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Black chrome plating is a coating of chromium, electrostatically applied to a metal surface such as the wheel of an automobile or a motorcycle's exhaust pipe. The chromium has been chemically adulterated to achieve the black color. This type of plating is unique in its appearance, exhibiting not only the high reflectivity of polished chrome, but also a “depth” not readily evident in other polished finishes. A black chrome finish is hard and durable, and provides a measure of rust and corrosion resistance, largely because of the need for under-coats of copper and nickel plating.
Highly polished black chrome plating is used as a decorative surface for visible parts of cars and motorcycles, as well as for some household fixtures such as faucets. Matte finish plating is also used on the inside of telescopes and microscopes, and other areas where light reflection would interfere with the use of enjoyment of the device. This type of plating is costly, though, about three times as expensive as “regular” chrome plating, which itself is relatively expensive at $100 - $150, on average, per automobile wheel. More complex wheel designs, such as wire spokes, can cost considerably more because of the extra work involved.
Black chrome plating is so costly because the process, when done properly, is labor-intensive and time-consuming. An object to be chrome-plated must be thoroughly cleaned and prepared for plating in an electrostatic bath, and first plated with copper and then nickel before the chrome plate is applied. After each stage in the process, the object must be prepared for the next step. The materials used in both the cleaning and the plating processes are caustic and hazardous, and often carcinogenic, adding significant costs for compliance with environmental protection standards. In addition, the chemical compounds used in the plating process itself must be altered to impart the black tint to the final chrome plate.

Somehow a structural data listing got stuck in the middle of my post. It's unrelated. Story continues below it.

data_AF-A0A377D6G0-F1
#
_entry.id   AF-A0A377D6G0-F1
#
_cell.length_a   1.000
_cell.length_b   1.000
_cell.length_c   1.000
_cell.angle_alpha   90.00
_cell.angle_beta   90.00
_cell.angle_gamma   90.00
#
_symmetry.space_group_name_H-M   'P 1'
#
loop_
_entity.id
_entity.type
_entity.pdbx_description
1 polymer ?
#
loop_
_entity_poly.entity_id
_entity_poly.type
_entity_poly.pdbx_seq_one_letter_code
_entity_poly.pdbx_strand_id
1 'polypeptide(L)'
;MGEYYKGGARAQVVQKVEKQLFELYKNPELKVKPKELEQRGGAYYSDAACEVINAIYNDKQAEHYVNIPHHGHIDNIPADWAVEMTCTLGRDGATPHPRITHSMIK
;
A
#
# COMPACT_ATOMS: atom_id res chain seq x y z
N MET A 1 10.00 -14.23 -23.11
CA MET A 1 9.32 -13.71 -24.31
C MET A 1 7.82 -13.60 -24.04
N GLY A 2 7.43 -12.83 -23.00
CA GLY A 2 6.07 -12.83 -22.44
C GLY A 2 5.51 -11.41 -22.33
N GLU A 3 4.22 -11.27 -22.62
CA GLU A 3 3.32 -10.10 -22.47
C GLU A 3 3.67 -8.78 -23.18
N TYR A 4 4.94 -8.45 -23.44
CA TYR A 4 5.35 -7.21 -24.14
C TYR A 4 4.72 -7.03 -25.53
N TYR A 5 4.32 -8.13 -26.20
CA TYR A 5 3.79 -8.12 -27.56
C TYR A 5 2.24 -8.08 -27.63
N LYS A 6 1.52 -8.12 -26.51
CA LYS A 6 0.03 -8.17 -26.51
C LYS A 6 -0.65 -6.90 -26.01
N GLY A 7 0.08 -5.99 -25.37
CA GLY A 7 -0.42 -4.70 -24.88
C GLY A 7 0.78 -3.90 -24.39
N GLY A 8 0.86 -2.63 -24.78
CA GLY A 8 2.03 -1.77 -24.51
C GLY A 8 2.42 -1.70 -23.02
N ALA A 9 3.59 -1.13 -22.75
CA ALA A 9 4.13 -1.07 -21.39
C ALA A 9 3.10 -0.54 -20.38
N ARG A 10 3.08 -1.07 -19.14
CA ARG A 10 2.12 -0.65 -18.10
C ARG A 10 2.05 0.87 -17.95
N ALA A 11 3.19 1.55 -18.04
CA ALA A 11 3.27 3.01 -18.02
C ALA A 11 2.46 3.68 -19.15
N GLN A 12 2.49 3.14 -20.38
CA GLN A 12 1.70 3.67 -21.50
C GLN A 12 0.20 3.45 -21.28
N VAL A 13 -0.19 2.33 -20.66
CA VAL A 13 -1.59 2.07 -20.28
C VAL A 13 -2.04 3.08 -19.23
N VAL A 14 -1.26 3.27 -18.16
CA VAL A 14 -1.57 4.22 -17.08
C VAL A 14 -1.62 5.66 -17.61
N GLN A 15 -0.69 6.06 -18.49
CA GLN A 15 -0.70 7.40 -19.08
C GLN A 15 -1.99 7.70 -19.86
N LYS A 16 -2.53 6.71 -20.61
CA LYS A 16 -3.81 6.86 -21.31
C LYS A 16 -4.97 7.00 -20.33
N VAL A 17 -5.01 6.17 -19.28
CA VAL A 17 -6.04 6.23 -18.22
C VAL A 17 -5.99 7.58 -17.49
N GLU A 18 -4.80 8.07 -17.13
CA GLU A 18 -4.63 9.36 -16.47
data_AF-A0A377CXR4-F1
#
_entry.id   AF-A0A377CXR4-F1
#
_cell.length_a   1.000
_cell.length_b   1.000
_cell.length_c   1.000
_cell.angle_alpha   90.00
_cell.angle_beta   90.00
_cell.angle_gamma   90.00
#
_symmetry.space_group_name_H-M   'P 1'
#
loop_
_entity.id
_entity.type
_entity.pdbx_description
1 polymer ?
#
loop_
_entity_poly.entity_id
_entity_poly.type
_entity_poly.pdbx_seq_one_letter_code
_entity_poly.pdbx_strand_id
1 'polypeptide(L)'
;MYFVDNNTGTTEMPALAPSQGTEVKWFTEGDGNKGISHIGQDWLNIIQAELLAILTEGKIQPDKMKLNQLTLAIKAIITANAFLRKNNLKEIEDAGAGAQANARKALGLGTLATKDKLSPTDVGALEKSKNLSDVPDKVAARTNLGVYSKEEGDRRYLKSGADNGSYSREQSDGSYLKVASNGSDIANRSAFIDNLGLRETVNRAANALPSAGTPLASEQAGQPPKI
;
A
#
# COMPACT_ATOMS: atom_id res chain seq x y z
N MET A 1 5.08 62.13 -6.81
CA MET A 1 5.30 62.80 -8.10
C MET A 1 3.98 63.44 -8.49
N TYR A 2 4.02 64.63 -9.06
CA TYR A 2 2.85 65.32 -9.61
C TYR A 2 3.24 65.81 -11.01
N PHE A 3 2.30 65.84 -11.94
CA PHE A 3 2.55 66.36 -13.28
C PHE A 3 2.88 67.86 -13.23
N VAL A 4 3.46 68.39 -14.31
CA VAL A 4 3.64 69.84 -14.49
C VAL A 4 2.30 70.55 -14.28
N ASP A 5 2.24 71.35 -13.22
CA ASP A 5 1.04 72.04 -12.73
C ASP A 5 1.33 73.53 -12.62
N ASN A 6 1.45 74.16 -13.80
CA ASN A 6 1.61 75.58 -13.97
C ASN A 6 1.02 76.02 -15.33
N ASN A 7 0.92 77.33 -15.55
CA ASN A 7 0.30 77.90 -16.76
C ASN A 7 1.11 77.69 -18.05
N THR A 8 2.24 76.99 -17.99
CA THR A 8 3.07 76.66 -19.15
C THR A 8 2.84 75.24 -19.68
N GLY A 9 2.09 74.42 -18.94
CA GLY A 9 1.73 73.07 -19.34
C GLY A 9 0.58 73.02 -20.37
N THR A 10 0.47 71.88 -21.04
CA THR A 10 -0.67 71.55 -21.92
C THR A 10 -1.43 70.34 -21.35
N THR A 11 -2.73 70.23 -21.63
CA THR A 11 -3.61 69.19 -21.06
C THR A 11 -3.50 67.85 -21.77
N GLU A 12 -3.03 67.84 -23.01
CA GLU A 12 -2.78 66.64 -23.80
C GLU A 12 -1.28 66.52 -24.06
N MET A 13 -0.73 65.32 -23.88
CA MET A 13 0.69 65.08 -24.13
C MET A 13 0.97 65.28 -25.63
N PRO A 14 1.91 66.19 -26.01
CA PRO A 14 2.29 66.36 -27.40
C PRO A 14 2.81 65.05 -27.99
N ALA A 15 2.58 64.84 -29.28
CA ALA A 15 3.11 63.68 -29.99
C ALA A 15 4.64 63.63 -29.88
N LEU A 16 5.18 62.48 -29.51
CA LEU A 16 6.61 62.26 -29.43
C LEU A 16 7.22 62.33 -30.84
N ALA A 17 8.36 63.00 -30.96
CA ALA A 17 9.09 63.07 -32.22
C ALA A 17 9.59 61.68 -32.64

There are less costly alternatives to black chrome plating, such as combinations of black paint and clear coat paint, or powder coating. The former is self-explanatory — black paint is applied in multiple coats, then over-painted with a clear coat. Coats are buffed after every application to achieve perfect smoothness and ensure maximum gloss. Powder coating is more complex, involving coating the work surface with electrostatically-charged powder, either by spraying or dipping, and then heat-curing it, melting the powder so that it forms a smooth surface. Aficionados insist that powder coating is aesthetically identical to black chrome, but there are limitations to powder coating in automotive applications — such items as exhaust pipes, which achieve very high temperatures, will quickly destroy powder coats applied to them.
Let's not forget that black chrome looks awesome on some wheels. The extra cost may be worth it. It's rare enough to be distinctive, but common enough so that you have a lot to choose from.
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